EMV technology has been mandated for the US market since October 1, 2015. It was a necessary change. Fighting hackers and thieves with security technology from the 1960’s in the 2000’s was a losing battle.
Through a variety of methods, hackers were able to steal millions of peoples credit card information. This stolen information was then sold to other criminals on the internet part called the “dark web”. These criminals then would use this information to either make counterfeit cards or make fraudulent purchases online. The vulnerability of the traditional credit card, the mag stripe card, being stolen came to the public’s attention in 2013 when 40 million people’s information was stolen from Target.
Breach after breach from companies all over the US soon followed the Target hacking. This cost the banking industry billions and facilitated the move faster from the mag stripe card to the EMV smart chip card. The EMV smart chip card uses a complicated algorithm that changes the pertinent information of the card holders personal stats each time it is used making it almost impossible to steal.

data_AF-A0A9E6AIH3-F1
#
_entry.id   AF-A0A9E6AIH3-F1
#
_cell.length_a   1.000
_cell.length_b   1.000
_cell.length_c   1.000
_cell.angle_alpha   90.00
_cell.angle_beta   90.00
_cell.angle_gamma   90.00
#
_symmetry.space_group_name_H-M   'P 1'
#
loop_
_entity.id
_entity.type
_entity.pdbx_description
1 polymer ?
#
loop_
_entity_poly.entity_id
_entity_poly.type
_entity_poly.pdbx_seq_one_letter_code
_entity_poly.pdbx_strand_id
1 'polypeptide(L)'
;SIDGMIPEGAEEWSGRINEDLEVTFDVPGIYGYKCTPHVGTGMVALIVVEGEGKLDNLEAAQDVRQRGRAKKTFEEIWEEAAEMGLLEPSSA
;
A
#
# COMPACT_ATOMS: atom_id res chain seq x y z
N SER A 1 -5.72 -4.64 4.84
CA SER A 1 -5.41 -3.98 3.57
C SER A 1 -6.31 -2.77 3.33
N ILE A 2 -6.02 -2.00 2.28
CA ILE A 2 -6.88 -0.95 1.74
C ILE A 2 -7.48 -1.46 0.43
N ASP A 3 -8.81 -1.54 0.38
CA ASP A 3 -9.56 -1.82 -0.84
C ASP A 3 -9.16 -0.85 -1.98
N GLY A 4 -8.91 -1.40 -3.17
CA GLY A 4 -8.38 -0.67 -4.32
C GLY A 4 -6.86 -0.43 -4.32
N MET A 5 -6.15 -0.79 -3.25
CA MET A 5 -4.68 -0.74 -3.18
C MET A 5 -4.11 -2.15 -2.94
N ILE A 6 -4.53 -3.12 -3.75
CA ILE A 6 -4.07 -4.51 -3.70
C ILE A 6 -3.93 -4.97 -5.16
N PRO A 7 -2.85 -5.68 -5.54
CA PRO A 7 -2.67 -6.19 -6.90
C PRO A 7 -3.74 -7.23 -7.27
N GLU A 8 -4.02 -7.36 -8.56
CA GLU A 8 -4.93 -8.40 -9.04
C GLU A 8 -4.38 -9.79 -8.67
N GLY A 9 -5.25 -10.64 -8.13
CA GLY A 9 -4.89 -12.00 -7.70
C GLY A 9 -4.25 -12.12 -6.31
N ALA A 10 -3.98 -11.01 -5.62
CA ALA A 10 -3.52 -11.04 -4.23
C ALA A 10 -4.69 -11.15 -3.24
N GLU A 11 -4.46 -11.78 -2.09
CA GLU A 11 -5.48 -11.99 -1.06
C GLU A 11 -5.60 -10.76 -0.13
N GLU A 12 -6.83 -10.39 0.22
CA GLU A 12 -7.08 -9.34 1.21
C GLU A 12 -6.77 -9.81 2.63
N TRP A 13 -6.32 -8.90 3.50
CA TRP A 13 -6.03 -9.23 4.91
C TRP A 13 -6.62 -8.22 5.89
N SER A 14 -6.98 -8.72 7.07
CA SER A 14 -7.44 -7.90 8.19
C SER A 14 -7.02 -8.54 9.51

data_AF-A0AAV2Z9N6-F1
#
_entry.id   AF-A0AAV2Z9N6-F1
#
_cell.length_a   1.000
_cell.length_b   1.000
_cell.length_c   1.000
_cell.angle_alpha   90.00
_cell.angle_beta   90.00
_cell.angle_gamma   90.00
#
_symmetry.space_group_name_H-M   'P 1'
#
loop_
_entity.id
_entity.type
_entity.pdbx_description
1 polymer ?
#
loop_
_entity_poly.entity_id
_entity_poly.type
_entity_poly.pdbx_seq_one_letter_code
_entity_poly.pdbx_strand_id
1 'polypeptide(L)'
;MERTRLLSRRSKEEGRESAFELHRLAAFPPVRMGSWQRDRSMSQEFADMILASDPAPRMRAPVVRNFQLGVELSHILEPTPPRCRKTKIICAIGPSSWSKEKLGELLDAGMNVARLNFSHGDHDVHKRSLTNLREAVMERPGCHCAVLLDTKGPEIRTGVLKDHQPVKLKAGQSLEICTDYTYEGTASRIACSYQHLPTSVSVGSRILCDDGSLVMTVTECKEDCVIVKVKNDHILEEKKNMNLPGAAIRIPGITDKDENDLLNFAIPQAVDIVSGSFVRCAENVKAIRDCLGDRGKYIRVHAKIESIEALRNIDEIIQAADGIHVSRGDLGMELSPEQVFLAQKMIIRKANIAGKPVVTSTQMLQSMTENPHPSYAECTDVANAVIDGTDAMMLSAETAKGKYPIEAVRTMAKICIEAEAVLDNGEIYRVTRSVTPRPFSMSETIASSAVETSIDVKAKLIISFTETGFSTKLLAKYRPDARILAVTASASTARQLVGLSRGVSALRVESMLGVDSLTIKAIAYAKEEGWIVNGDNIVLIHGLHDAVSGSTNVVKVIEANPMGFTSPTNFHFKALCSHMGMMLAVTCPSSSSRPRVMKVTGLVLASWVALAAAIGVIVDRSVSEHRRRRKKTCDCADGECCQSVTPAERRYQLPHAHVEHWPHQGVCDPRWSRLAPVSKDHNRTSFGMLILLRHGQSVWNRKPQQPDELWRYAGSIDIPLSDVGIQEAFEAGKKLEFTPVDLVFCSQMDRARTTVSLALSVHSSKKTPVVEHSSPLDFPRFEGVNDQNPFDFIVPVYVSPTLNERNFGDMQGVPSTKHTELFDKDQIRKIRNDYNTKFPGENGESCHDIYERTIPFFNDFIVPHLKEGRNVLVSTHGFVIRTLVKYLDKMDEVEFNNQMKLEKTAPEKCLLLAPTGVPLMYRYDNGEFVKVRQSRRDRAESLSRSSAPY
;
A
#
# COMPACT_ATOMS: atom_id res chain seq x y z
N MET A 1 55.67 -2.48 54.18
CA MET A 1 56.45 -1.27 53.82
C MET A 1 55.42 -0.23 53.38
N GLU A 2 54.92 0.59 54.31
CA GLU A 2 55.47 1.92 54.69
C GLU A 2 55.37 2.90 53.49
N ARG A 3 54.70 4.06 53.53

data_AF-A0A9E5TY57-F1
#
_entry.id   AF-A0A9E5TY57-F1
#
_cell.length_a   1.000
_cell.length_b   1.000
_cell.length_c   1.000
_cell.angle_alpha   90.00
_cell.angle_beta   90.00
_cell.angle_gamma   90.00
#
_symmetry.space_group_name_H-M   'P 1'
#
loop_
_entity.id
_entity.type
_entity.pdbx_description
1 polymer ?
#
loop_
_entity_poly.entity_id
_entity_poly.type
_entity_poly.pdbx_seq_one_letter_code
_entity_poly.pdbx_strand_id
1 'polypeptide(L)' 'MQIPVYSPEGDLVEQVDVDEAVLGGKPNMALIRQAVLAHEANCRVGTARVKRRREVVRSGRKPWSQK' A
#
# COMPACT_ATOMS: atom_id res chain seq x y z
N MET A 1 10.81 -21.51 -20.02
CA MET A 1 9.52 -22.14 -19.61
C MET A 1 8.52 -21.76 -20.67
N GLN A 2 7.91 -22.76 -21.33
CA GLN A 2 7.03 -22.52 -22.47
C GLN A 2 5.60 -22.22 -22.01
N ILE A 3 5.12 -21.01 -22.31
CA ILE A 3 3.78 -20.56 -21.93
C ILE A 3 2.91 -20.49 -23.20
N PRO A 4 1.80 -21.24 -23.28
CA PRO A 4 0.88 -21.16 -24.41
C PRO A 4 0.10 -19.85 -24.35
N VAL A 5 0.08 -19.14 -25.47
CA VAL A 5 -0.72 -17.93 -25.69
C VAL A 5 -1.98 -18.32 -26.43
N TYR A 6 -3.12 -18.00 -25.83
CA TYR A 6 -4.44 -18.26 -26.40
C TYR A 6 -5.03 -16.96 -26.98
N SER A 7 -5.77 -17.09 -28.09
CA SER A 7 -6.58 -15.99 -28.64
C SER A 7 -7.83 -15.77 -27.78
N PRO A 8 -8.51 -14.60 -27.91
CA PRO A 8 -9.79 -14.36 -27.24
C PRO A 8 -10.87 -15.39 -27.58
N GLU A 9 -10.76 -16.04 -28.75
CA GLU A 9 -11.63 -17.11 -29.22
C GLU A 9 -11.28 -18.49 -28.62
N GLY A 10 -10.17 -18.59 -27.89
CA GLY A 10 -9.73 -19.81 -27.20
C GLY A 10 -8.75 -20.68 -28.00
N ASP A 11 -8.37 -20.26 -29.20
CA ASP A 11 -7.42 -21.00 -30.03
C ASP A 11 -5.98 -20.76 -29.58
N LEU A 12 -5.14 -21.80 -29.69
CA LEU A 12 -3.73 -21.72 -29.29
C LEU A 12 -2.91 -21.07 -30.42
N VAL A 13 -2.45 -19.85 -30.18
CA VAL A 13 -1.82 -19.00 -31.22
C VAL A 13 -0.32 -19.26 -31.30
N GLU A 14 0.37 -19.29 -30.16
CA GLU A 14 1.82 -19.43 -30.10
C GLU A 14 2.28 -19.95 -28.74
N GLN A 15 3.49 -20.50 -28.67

In an effort to facilitate this change faster and encourage more wide spread use of the EMV cards, banks and the processors set a date of October 1, 2015 to mandate the use of the EMV cards.
The problem with this mandate, was it was mandated by banks and processing companies and not necessarily a US government lawful mandate. This means you had private/publicly traded companies that were telling the American public and merchants what to do. The roll out was not smooth. What was discovered, is the companies that were pushing for this mandate, were not speaking with each other. Each had their own program, and of course their program did not work with the other company’s programs. Terminals did not work with new software; processing companies did not have enough new processing terminals to fulfill the demand. Software techs programming these terminals were overwhelmed and it was taking upwards of 6 weeks to update terminals.
Even with these issues, both Visa and Mastercard are reporting about a 49% compliance for merchants across the US. Chip card issuance is higher with over 90% compliance by the big banks. The rollout has been slow and painful, but reports have shown that in-store fraud has decreased dramatically in the last 18 months. This means the mandate is working but it will take another 48 months to become fully implemented across the country.